The following article contains spoilers on the film’s plot, ending, and post-credit sequence. If you still haven’t seen the film, only continue at your own risk.
Perhaps the greatest strength of Venom: Let There Be Carnage is its willingness to embrace the absurd. A symbiote makes pancakes, a man licks a spider, and a combination of the two bellows the film’s title before credits roll. It’s pure scripted chaos, mixed with appropriately goofy performances from stars Tom Hardy and Woody Harrelson. This is why the film’s choice to not fully embrace its villain is so baffling.
Carnage has long been one of Marvel’s meanest rogues, and that doesn’t change here. The red symbiote is portrayed as giddily sadistic and all-out ill-willed as one would hope. Yet, something about the character feels less imposing than it should. The lack of R-rated violence, which some fans have wondered about since the announcement, is an easy first guess when it comes to pinpointing the problem. Yet, it’s not a loss for blood that throws Carnage out of whack. It’s something much deeper than that, in connection to the film’s central themes. It’s the relationship between Carnage and host buddy Cletus Kasady that truly serves to incapacitate the first live-action adaptation of Venom’s greatest adversary.
It feels ridiculous to say, but Venom: Let There Be Carnage is a relationship drama first and comic book action second. This is not an issue with the movie, which actually uses the love and bond between protagonists Eddie Brock and Venom to its advantage on many occasions. Unfortunately, where the story knows exactly how to play to Eddie and Venom’s strengths, it fails to understand what makes Cletus and Carnage so unique. Whereas the Venom symbiote has spent much of it’s existence bouncing from host to host, viewing itself as a separate entity from the bodies it inhabits, the Carnage symbiote was born to one man and one man alone. Unlike his father, Carnage has never been a “we” guy, and neither has Cletus.
While Carnage’s erratic fighting style and lust for death are a major part of what makes him dangerous, it’s his absolute unified bond with Cletus that truly makes him so terrifying. Their perfect relationship is the chainmail protecting an already pretty-dang-powerful set of armor. In an attempt to make their antagonist more susceptible to defeat, and perhaps even a little more relatable to audiences, the film stripped the character of his hallmark and turned “them” into an emotionally cruel couple. This works to a degree for the movie’s lovesick, abused version of serial killer Kasady, but it certainly weakens the screen presence of a character that should have been among Sony’s biggest bad guys.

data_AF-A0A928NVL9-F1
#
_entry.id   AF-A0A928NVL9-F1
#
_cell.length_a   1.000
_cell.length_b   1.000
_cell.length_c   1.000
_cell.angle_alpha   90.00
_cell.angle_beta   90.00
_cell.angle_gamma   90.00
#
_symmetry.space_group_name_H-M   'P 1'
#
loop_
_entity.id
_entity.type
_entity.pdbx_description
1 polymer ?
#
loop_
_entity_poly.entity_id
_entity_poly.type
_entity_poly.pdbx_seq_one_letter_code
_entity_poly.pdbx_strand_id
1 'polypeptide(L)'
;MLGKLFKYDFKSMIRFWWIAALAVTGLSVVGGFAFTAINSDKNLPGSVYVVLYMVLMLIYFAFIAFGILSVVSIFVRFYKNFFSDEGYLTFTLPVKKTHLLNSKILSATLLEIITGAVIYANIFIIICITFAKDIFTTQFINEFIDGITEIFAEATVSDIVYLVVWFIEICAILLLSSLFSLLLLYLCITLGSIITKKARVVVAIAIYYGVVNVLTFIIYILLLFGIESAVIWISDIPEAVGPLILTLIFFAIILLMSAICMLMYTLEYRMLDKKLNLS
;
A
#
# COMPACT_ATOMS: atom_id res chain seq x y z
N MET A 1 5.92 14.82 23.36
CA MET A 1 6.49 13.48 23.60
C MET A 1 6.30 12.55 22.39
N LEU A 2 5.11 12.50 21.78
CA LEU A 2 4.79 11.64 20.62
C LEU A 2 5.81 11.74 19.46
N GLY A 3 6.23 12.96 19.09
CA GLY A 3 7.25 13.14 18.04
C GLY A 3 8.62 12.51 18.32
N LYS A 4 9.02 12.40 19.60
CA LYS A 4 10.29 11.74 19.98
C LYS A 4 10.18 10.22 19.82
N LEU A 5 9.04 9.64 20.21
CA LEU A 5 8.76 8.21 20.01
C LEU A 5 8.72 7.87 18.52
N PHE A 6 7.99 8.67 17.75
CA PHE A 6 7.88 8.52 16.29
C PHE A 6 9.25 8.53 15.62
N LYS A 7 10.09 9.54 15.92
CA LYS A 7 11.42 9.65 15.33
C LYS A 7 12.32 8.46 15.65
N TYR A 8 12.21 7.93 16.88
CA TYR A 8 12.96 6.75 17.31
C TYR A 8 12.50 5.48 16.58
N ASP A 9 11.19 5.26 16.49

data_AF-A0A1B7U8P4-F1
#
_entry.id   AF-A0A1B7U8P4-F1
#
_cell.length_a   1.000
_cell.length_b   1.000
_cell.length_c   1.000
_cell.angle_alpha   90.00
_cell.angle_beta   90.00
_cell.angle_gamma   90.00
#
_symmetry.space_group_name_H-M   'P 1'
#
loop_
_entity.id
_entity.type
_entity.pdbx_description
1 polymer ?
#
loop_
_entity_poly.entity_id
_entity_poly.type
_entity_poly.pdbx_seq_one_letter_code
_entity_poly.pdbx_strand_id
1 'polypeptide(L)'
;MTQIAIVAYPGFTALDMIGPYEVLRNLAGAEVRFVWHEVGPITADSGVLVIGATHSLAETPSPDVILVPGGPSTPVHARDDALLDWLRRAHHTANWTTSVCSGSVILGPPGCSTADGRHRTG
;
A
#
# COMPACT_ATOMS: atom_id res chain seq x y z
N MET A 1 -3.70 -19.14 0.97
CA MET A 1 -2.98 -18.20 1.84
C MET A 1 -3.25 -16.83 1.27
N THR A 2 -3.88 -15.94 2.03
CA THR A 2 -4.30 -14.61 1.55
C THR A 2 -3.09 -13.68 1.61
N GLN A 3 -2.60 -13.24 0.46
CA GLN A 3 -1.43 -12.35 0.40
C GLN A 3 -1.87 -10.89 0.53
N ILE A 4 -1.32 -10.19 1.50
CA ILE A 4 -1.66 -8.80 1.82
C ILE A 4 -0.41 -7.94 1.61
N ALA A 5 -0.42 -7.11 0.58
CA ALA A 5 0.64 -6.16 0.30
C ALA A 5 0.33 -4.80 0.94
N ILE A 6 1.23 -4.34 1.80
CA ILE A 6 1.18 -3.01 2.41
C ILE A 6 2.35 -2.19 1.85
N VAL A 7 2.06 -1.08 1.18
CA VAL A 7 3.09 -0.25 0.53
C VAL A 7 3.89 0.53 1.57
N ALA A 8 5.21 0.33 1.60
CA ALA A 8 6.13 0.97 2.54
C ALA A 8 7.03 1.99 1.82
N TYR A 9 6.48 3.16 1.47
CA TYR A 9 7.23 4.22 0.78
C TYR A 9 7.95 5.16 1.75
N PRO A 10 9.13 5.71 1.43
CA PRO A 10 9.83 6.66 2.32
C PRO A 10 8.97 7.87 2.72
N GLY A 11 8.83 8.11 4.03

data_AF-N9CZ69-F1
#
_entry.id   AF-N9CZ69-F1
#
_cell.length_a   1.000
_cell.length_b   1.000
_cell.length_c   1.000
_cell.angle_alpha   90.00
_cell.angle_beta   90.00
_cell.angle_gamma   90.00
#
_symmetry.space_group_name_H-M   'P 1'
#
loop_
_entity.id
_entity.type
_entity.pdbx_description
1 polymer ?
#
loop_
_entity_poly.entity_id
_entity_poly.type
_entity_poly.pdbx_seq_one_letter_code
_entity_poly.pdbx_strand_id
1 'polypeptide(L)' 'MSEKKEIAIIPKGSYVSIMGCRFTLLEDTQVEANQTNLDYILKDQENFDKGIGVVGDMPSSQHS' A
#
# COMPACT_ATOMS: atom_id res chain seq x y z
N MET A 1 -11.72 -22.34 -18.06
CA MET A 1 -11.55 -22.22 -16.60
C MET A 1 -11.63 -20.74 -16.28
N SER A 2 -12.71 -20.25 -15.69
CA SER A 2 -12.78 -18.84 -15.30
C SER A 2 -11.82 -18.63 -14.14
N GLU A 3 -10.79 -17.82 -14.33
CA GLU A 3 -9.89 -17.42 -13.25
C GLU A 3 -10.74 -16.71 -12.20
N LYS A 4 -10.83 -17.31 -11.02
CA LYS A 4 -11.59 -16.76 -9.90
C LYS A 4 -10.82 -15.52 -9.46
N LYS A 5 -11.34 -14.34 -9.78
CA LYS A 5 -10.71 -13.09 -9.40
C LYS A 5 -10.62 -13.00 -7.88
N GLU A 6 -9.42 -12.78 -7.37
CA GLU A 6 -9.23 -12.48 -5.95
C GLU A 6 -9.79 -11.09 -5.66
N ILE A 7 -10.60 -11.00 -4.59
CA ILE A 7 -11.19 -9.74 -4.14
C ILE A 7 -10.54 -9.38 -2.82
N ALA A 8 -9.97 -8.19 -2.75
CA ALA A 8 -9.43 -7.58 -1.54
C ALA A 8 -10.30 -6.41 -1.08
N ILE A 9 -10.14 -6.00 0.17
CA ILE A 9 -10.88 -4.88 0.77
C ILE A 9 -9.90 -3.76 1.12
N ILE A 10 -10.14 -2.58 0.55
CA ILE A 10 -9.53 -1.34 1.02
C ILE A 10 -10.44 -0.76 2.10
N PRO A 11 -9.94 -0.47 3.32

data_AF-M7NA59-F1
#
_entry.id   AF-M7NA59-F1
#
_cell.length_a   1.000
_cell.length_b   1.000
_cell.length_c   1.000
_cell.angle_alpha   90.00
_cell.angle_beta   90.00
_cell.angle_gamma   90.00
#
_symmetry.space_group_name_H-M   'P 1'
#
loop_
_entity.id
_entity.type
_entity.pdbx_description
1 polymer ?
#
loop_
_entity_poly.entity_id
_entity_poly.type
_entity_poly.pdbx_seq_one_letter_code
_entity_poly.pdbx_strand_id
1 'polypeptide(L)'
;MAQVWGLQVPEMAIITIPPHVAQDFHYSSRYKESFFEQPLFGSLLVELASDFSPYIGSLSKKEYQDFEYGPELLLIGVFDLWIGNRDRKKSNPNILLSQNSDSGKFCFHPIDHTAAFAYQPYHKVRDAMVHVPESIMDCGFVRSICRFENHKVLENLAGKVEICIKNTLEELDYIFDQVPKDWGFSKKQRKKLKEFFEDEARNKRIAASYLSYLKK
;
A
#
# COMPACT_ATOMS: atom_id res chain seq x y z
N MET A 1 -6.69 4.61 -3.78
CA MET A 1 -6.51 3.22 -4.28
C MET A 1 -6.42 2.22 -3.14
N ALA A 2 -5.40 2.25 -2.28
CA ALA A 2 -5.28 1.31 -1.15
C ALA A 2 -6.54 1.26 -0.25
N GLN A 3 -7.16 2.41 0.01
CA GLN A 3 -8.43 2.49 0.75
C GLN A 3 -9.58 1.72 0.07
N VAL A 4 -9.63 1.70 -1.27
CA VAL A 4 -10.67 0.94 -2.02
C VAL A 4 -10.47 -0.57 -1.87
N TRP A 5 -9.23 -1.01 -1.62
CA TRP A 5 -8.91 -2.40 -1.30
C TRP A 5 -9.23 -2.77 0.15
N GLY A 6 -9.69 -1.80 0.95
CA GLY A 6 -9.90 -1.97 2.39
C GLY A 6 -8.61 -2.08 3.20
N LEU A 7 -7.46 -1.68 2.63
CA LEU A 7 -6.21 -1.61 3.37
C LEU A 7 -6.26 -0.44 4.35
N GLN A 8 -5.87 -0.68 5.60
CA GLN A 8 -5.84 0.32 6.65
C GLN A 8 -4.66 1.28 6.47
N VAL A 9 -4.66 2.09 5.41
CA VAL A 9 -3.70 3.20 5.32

The link between Cletus and Carnage could have been used as a dark foil for Eddie and Venom. A sickened, Terminator-esque peek into what a symbiote can do when left unchecked or even urged on, by its host. The Carnage symbiote’s parricidal feelings towards Venom are hinted at but left unexplored, despite the overwhelming potential of balancing that hateful association with the loving parallel Venom finds in Eddie. All of this is thrown to the wayside so that Cletus may have a love interest of his own, acting as a mirrored reflection of Eddie’s own relationships and an easy out for concluding character arcs in the third act.
It’s almost shameful that the film chooses to end Carnage’s story so soon after it begins, with both host and symbiote receiving an unceremonious death at the hands of their progenitor and rival. At the very least, Let There Be Carnage had the potential to serve as a functional origin story for Carnage, with his more threatening aspects set to be fleshed out in a later franchise installment. Nevertheless, the multiversal implications of the film’s post-credits scene offer hope at another shot with Carnage down the line. It’s possible that audiences will one day see the character in all his merciless glory, but until then, we’re left with a take on Carnage that feels like a decent impression at best.